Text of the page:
Presence of strong association of the major histocompatibility complex (MHC) class I allele HLA-A*26:01 with idiopathic hypoparathyroidism

Dynamic variations in mitochondrial shape have been related to function. However, tools to automatically classify and enumerate mitochondrial shapes are lacking, as are systematic studies exploring the relationship of such shapes to mitochondrial stress. Here we show that during increased generation of mitochondrial reactive oxygen species (mtROS), mitochondria change their shape from tubular to donut or blob forms, which can be computationally quantified. Imaging of cells treated with rotenone or antimycin, showed time and dose-dependent conversion of tubular forms to donut-shaped mitochondria followed by appearance of blob forms. Time-lapse images showed reversible transitions from tubular to donut shapes and unidirectional transitions between donut and blob shapes. Blobs were the predominant sources of mtROS and appeared to be related to mitochondrial-calcium influx. Mitochondrial shape change could be prevented by either pretreatment with antioxidants like N-acetyl cysteine or inhibition of the mitochondrial calcium uniporter. This work represents a novel approach towards relating mitochondrial shape to function, through integration of cellular markers and a novel shape classification algorithm.

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Samir K Brahmachari, Tavpritesh Sethi, Amit Kumar Mandal, Arijit Mukhopadhyay, Rajni Rani

Metabolomic signatures in nuclear magnetic resonance spectra of exhaled breath condensate identify asthma

Exhaled breath condensate (EBC) holds promise as a noninvasive method of collecting airway-lining fluid, although at an unknown dilution [1]. While metabolomic studies of EBC using nuclear magnetic resonance (NMR) spectroscopy have previously shown promise in asthma diagnosis and subtyping [2, 3], a study that was recently published in the European Respiratory Journal that failed to find usable NMR signature in EBC collections from disposable systems [4]. This led the authors to conclude that NMR metabolomics lacks sufficient sensitivity for metabolic fingerprinting of EBC. Interestingly, they were able to obtain high quality results from the same samples with mass spectroscopy, which they recommended for future use. As this is a nascent and technically complex field, we present our very different early experiences, which suggest that reproducible, valid and useful NMR metabolomic fingerprinting of EBC is indeed possible. Specifically, we found that the presence or absence of a trident peak at 7 ppm during NMR spectroscopy reliably distinguished between EBC samples collected from normal and asthmatic subjects, respectively. This peak probably represents ammonium ion, loss of which in asthma is consistent with reduced expression of glutaminase, an enzyme that converts glutamine to glutamate and ammonia [5].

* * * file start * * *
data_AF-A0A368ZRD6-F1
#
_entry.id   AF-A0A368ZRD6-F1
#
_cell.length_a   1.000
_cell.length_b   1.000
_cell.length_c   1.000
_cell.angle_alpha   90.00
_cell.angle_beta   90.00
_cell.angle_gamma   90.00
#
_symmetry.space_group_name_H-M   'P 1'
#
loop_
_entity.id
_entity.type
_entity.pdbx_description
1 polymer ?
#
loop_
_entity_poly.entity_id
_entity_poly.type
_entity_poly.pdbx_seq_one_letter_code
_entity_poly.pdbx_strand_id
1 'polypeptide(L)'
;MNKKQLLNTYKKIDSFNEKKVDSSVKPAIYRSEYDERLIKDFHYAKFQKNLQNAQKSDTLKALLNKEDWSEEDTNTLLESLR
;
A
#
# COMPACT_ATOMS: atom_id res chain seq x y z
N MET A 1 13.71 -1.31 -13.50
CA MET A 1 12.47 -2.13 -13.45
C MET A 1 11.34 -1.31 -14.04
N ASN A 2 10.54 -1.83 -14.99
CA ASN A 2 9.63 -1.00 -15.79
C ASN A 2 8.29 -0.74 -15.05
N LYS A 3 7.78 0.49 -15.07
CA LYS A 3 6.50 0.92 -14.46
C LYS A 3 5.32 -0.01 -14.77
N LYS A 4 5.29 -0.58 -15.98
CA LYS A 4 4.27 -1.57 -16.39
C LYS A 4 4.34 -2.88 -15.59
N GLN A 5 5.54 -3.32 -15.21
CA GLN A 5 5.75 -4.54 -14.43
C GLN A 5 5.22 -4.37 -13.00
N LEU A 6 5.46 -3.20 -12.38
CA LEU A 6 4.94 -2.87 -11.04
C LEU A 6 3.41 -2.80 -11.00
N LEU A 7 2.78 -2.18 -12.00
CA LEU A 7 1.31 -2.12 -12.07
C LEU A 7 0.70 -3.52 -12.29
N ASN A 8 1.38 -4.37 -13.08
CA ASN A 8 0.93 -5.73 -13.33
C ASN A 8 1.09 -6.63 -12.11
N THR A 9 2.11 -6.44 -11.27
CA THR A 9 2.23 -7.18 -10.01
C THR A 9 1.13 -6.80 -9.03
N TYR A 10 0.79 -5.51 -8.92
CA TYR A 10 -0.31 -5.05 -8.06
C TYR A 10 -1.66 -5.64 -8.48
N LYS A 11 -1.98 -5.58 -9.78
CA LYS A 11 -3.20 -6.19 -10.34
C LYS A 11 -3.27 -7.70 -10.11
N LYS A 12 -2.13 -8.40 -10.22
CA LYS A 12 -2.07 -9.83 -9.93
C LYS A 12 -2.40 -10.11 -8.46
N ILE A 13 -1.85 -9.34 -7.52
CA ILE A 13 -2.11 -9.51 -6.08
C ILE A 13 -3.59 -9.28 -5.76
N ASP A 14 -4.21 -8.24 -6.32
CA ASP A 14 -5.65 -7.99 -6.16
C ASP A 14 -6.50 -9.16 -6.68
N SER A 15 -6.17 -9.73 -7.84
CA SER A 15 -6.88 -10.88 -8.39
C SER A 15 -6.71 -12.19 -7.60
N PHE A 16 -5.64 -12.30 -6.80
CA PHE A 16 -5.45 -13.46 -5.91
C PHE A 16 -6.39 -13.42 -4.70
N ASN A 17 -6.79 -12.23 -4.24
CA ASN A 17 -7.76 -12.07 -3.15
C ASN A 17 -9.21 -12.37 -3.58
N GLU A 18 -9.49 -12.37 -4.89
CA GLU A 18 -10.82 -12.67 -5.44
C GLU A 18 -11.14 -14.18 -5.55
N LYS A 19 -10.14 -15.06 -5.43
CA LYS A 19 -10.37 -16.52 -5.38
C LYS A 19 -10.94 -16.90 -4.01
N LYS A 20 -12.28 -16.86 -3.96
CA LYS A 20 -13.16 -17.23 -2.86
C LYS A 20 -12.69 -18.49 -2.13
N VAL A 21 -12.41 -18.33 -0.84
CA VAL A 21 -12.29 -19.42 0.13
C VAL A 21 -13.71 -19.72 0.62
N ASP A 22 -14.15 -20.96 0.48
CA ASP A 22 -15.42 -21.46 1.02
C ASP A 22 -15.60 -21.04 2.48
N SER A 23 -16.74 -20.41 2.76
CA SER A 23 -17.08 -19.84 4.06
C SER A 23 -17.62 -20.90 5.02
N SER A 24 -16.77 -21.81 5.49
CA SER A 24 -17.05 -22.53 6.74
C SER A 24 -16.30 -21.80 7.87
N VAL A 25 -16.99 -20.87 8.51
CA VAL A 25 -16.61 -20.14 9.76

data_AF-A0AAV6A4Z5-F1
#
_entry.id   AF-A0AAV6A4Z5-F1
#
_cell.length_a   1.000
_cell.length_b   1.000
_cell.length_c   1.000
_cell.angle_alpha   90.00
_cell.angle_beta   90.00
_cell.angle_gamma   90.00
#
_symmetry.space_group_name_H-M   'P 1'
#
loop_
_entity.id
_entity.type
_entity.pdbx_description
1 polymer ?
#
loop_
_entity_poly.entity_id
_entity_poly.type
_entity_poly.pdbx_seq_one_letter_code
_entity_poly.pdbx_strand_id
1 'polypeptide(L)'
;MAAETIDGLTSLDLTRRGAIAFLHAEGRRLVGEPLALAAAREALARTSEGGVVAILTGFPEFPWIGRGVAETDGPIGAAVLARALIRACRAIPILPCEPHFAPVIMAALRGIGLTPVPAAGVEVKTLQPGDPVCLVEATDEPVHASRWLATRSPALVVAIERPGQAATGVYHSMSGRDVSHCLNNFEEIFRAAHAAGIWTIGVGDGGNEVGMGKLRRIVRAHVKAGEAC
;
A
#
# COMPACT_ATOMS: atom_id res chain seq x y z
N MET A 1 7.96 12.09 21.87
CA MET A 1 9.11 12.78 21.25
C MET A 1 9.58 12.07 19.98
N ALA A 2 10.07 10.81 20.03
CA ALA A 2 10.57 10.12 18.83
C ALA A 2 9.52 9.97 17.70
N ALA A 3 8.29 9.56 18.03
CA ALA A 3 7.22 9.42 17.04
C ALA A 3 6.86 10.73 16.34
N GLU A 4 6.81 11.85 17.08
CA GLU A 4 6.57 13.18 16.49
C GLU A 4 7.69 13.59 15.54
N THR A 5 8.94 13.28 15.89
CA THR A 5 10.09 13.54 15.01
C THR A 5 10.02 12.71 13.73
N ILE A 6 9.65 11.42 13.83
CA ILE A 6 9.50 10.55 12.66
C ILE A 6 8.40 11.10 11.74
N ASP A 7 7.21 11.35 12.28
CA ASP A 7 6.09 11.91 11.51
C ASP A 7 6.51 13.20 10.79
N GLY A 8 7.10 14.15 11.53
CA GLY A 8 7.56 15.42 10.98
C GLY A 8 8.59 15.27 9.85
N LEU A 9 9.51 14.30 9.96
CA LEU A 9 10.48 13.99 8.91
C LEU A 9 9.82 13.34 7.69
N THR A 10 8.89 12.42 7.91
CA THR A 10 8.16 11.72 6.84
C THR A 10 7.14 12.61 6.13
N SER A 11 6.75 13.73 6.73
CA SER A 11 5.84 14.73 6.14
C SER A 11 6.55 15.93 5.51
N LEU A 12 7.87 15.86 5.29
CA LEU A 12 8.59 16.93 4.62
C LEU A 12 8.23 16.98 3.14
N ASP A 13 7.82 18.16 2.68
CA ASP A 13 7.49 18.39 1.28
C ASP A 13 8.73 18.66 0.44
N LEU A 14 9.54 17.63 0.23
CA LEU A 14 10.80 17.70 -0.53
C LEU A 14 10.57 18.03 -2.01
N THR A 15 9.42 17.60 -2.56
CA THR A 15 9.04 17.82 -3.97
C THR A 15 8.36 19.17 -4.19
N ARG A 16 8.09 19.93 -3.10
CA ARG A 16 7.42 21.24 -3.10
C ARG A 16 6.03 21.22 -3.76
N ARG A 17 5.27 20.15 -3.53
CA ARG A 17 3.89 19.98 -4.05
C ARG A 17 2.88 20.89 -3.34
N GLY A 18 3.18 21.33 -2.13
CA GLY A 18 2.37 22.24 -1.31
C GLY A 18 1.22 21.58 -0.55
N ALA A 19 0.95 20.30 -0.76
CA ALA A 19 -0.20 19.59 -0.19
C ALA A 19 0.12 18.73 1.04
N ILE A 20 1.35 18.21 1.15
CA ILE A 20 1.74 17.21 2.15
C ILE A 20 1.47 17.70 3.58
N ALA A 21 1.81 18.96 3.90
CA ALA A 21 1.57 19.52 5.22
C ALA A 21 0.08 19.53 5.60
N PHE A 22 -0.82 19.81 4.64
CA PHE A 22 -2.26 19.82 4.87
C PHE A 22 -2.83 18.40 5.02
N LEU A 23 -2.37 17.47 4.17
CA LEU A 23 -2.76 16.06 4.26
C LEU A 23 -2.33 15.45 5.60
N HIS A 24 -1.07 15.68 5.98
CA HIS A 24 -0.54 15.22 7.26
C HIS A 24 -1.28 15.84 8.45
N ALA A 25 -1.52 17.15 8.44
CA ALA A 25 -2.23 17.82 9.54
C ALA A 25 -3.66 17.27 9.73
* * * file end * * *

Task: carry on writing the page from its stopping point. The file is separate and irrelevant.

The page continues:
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Anirban Sinha, Veda Krishnan, Tavpritesh Sethi, Siddhanta Roy, Balaram Ghosh, Rakesh Lodha, Sushil Kabra, Anurag Agrawal

Ayurgenomics: A New Way of Threading Molecular Variability for Stratified Medicine

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Tav Pritesh Sethi, Bhavana Prasher, Mitali Mukerji